Effect of Emb-9 and Let-2 Mutations on the Proper Assembly of Basement Membranes and on the Morphology of Body Wall Muscle Cells in Caenorhabditis Elegans

Date of Graduation

Summer 2003


Master of Science in Cell and Molecular Biology


Biomedical Sciences

Committee Chair

Colette Witkowski


Collagen type IV is one of the most abundant components of the basement membrane composed of two α1 chains and one α2 chain secreted into the BM between muscle cells and the hypodermis early in embryogenesis. Worms homozygous for specific let-2 or emb-9 mutations show intracellular accumulation of the α2 of α1 chain, respectively, and undergo degeneration of muscle causing phenotypes ranging from mild to severe. The objective of this research was to analyze the effect of collagen type IV mutations on the shape and organization of body wall muscle cells. Transgenic strains were generated by co-microinjection of plasmid DNA containing the marker gene rol-6 and green fluorescent protein (GFP) into the gona of wild type animals heterozygous for the let-2 and emb-9 genes. Transgenic worms showed GFP expression outlining body wall muscle cells due to the presence of a myo-3 promoter, and β1 integrin secretion signal/transmembrane domain. Analysis of transgenic strains demonstrated that mutations in either the α1 or α2 chains of collagen type IV cause a change in shape and organization of muscle cells. Immunofluorescence analysis of all transgenic strains showed a correlation between the change in position of muscle cells and the appearance of herniations. These results further extend data suggesting that collagen type IV is essential for embryonic development.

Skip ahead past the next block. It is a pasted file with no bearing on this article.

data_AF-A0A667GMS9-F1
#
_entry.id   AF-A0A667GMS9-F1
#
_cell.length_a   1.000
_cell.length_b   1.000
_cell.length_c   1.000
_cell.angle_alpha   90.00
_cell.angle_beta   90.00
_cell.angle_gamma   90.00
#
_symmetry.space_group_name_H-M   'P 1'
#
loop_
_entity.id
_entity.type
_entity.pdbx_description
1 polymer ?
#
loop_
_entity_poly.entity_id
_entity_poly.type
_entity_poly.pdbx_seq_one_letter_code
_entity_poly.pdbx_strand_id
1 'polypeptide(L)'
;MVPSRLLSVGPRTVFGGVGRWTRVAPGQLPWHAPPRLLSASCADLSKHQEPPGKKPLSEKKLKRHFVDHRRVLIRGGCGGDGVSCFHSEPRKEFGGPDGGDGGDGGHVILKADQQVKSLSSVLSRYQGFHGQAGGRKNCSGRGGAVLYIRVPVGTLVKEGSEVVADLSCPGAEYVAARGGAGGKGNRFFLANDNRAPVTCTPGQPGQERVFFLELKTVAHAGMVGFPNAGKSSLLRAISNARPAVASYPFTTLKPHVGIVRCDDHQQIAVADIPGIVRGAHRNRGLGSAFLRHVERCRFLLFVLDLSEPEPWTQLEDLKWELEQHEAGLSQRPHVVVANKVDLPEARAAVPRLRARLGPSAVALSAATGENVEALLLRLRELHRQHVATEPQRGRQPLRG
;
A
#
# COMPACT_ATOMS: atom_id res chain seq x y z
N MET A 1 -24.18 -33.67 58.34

Subject Categories

Medical Molecular Biology


© Libia Chandler